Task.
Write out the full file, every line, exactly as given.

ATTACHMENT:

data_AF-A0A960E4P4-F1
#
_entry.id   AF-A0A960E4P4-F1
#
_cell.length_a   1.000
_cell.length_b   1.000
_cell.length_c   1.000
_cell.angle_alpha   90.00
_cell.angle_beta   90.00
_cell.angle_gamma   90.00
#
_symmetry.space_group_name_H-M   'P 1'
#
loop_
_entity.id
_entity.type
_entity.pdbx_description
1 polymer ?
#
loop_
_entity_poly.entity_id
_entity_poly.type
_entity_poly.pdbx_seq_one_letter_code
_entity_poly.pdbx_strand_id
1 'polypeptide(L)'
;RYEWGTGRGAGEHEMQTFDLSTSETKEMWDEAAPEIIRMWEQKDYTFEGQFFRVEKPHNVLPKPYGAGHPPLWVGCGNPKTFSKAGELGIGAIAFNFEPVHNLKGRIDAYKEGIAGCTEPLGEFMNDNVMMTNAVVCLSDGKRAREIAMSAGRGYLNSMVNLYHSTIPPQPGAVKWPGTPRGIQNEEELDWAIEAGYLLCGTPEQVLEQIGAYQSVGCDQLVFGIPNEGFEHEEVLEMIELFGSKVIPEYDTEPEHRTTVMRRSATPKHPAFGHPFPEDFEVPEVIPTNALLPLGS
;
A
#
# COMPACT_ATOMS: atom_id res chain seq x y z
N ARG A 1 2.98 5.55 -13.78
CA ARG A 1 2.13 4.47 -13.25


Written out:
data_AF-A0A960E4P4-F1
#
_entry.id   AF-A0A960E4P4-F1
#
_cell.length_a   1.000
_cell.length_b   1.000
_cell.length_c   1.000
_cell.angle_alpha   90.00
_cell.angle_beta   90.00
_cell.angle_gamma   90.00
#
_symmetry.space_group_name_H-M   'P 1'
#
loop_
_entity.id
_entity.type
_entity.pdbx_description
1 polymer ?
#
loop_
_entity_poly.entity_id
_entity_poly.type
_entity_poly.pdbx_seq_one_letter_code
_entity_poly.pdbx_strand_id
1 'polypeptide(L)'
;RYEWGTGRGAGEHEMQTFDLSTSETKEMWDEAAPEIIRMWEQKDYTFEGQFFRVEKPHNVLPKPYGAGHPPLWVGCGNPKTFSKAGELGIGAIAFNFEPVHNLKGRIDAYKEGIAGCTEPLGEFMNDNVMMTNAVVCLSDGKRAREIAMSAGRGYLNSMVNLYHSTIPPQPGAVKWPGTPRGIQNEEELDWAIEAGYLLCGTPEQVLEQIGAYQSVGCDQLVFGIPNEGFEHEEVLEMIELFGSKVIPEYDTEPEHRTTVMRRSATPKHPAFGHPFPEDFEVPEVIPTNALLPLGS
;
A
#
# COMPACT_ATOMS: atom_id res chain seq x y z
N ARG A 1 2.98 5.55 -13.78
CA ARG A 1 2.13 4.47 -13.25